begin to take pride in. Encouragement leads to the child feeling confident in
their abilities and industriousness, while discouragement causes feelings of
inferiority. The fifth stage, identity versus role confusion takes place during
adolescence. Through exploration of beliefs, values, and goals, teens search
for a sense of self and a personal identity. Success in this stage will lead to
the virtue of fidelity. Stage six occurs in young adulthood as individuals
begin to explore romantic relationships. By forming healthy relationships with
others, individuals experience intimacy and gain the virtue of love. Generativity
versus stagnation takes place during middle adulthood as individuals begin to
establish careers and families. Giving back to society by raising children,
being productive at work, and becoming involved in the community leads to the
virtue of care. The final of the eight stages takes place as persons enter
senior citizenship. It is at this time, post-retirement, that individuals begin
to reflect on their life and either view life as being successful or
unproductive. Seeing life as negative results in feelings of dissatisfaction
and despair, but viewing life as complete leads to the virtue of wisdom and the
acceptance of death without fear.

The development of identity appears to be
one of Erikson’s greatest concern in his theory, as well as in his own life. Identity
versus role confusion plays out during adolescence (approximately ages 12-18),
at which time peer relationships begin to gain new meaning and importance. For
positive resolution, during this stage, an adolescent must undergo a conscious
search for identity, which is built on the resolution of—and virtues from—previous
stage conflicts. Erikson proposed that two different identities must be
understood: the sexual and the occupational. The importance of forming a sexual
identity was especially important to Erikson’s theory because the following
stage (intimacy vs. isolation) focuses on the formation of durable romantic
relationships. An individual must actively ask—and seek the answers to—questions
like “Who am I?” and “Who do I want to be?” They must develop a sense of self,
identify what they want to do or be, and recognize their sexual role. From this
they will obtain fidelity, which involves maintaining personal beliefs in spite
of opposition; being faithful, loyal, and committed to oneself and to others.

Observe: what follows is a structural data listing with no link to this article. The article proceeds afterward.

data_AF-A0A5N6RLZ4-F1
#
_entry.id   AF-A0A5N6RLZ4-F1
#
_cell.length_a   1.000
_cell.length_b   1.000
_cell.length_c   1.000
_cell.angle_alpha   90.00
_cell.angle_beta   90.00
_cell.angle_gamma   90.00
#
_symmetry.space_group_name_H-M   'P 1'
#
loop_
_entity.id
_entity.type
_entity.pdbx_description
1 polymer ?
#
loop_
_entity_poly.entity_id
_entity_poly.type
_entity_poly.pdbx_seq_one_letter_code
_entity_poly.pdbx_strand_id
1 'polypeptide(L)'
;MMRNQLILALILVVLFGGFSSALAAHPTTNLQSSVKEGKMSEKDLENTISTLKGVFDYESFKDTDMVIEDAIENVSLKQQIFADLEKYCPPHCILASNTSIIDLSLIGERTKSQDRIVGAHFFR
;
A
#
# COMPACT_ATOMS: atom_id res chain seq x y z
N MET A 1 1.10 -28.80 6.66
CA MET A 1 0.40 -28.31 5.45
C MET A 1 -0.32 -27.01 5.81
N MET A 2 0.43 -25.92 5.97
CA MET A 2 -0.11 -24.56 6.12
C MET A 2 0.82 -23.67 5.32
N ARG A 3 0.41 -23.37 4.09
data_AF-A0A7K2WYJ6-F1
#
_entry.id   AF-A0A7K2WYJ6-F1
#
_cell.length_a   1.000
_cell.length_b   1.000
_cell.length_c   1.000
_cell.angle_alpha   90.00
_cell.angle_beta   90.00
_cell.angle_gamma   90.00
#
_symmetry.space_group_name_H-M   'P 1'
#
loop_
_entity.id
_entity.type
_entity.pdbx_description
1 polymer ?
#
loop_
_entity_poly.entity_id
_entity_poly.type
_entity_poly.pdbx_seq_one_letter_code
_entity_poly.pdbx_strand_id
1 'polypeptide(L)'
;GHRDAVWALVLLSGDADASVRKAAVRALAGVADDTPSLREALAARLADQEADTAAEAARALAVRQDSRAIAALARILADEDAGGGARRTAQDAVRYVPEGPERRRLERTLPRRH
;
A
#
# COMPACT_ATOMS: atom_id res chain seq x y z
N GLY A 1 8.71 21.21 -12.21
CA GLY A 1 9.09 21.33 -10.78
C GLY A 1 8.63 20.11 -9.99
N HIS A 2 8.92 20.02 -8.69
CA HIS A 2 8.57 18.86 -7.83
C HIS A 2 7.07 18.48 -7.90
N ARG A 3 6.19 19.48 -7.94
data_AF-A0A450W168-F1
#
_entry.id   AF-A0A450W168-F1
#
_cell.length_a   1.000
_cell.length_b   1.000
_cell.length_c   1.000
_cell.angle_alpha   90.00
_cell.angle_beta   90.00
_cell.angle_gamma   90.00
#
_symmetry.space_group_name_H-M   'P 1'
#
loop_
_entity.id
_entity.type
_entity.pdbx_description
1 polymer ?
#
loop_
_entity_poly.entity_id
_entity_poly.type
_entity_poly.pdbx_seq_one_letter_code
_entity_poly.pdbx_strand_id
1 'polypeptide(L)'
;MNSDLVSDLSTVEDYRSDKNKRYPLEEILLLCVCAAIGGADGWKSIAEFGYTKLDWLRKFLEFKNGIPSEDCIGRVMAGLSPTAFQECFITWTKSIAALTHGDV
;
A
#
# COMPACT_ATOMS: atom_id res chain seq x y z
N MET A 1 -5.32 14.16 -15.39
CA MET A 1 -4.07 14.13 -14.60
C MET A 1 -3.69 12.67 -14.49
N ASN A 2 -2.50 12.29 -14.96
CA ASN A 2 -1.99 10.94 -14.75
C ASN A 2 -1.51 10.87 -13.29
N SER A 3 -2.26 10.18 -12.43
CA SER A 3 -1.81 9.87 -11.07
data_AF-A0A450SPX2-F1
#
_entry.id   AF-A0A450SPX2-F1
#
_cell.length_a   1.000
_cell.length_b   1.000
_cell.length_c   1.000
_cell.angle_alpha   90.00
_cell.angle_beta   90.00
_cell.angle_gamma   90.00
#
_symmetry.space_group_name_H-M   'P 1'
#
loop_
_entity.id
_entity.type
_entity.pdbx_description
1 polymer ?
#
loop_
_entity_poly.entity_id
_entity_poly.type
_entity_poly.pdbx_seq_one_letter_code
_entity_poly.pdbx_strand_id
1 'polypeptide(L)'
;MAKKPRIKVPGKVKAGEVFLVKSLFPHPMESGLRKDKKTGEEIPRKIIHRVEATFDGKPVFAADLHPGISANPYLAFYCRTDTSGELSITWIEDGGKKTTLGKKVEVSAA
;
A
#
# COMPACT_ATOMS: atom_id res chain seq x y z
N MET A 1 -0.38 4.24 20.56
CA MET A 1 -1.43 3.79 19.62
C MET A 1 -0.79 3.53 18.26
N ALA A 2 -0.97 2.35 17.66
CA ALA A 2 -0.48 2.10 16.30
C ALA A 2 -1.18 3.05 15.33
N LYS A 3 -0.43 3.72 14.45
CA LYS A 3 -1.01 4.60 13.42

An adolescent who successfully reaches fidelity is more likely commit to
personal values and to institutions. When individuals become unsure about
themselves or their role in society, role confusion (or identity crisis—a term
coined by Erikson) may develop. In this case, individuals may begin to experiment
with different lifestyles or rebel against society. If a teenager feels
pressured into an identity from his or her parents, they are also likely to
rebel, establishing a negative identity in addition to feelings of malcontent
(Moore, 2017b).

Intimacy versus isolation occurs during
young adulthood and, as was the case with identity versus role confusion, is
firmly built upon the successful resolution of previous stages. Intimacy
signifies one’s ability to interact lovingly and openly with another human
being on a deep and personal level. According to Erikson, to fully commit to
another, one must give up parts of the self; intimate couples need to compromise
without losing a sense of self. Without the sense of identity from adolescence,
an individual will often fear committed relationships and instead withdraw
themselves into isolation, which sometimes results in depressive feelings.

Successful resolution of this stage comes from young adults learning to
developed intimate relationships with others, and leads to the virtue of love.

Young adults who are successful during this stage become more willing to
sacrifice and compromise for the sake of their relationships, learn to connect
with others on social and interpersonal levels, form sincere relationships, and
develop the faculty to commit to others for mutual fulfillment. Young adults
who do not successfully move through this stage can develop unhealthy